I’ve been designing, making, and selling Geiger counters for 15 years through my company, Images Scientific Instruments. They’re fundamentally simple devices; you just need voltage high enough to run the Geiger-Müller (GM) tube. Anyone can design a counter that will work somewhat, but it’s hard to make one that’s reliable and long-lasting, because the electronics are so touchy.

Last year I was redesigning my basic Geiger counter circuit when the earthquake, tsunami, and nuclear crisis hit Japan. We sold out immediately, and I was so swamped with orders that I had to put my improved design on hold. But I finally finished, and here it is.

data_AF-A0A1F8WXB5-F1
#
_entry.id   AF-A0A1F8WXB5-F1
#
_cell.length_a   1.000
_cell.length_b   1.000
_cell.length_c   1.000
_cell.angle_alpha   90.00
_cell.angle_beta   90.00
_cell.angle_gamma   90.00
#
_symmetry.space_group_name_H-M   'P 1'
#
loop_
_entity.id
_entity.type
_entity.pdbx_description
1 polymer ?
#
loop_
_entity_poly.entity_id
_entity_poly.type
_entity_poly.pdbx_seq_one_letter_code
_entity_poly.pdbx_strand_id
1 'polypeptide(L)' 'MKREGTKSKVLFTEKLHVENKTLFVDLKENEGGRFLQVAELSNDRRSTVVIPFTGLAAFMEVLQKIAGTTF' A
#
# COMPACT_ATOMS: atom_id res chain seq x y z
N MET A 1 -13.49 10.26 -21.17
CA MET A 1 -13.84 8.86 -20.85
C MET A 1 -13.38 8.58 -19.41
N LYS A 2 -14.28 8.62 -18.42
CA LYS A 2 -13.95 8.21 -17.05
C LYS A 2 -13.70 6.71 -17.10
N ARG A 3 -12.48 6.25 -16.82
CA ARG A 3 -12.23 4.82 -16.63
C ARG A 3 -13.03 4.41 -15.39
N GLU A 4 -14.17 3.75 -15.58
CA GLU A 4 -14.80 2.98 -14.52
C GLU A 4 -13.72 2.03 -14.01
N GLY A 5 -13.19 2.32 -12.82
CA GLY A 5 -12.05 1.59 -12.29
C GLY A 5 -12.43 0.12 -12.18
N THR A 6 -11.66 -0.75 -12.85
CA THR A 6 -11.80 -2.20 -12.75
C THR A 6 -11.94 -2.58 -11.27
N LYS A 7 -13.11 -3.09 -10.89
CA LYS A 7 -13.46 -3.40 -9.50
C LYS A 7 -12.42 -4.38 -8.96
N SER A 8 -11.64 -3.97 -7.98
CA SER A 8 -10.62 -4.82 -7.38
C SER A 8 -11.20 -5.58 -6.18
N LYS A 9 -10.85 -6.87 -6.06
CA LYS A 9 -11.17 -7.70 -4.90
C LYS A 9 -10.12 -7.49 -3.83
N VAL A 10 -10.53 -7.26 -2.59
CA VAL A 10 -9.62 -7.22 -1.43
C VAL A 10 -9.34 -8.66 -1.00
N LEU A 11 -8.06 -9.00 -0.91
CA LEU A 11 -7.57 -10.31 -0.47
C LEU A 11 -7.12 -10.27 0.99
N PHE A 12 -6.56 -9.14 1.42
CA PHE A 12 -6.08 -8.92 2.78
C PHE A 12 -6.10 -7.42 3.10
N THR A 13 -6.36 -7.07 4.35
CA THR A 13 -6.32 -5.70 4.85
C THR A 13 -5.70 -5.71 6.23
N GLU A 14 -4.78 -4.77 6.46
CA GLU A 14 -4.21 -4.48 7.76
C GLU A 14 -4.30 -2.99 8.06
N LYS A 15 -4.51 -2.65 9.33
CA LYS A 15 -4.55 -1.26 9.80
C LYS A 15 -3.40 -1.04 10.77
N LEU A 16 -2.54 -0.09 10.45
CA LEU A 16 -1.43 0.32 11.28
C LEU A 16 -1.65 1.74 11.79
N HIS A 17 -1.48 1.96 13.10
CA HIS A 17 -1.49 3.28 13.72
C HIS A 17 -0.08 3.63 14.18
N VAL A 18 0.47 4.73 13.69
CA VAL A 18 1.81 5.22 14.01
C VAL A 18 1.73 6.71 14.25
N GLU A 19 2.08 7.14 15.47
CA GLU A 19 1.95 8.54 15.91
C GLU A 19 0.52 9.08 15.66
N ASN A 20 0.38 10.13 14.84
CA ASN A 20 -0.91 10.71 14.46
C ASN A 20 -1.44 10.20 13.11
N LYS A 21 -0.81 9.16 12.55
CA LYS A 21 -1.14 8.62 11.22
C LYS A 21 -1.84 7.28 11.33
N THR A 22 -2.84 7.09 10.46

You can easily configure this counter to use a variety of GM tubes. Not only will it output a click and an LED flash with each radioactive particle detected, you can also connect it to analog or digital radiation-level meters, a PC for plotting data, a portable SD-card data logger for placing somewhere without a computer, and a true random number generator. It’s also compatible with the Radiation Network (http://radiationnetwork.com), so you can share your readings with others worldwide.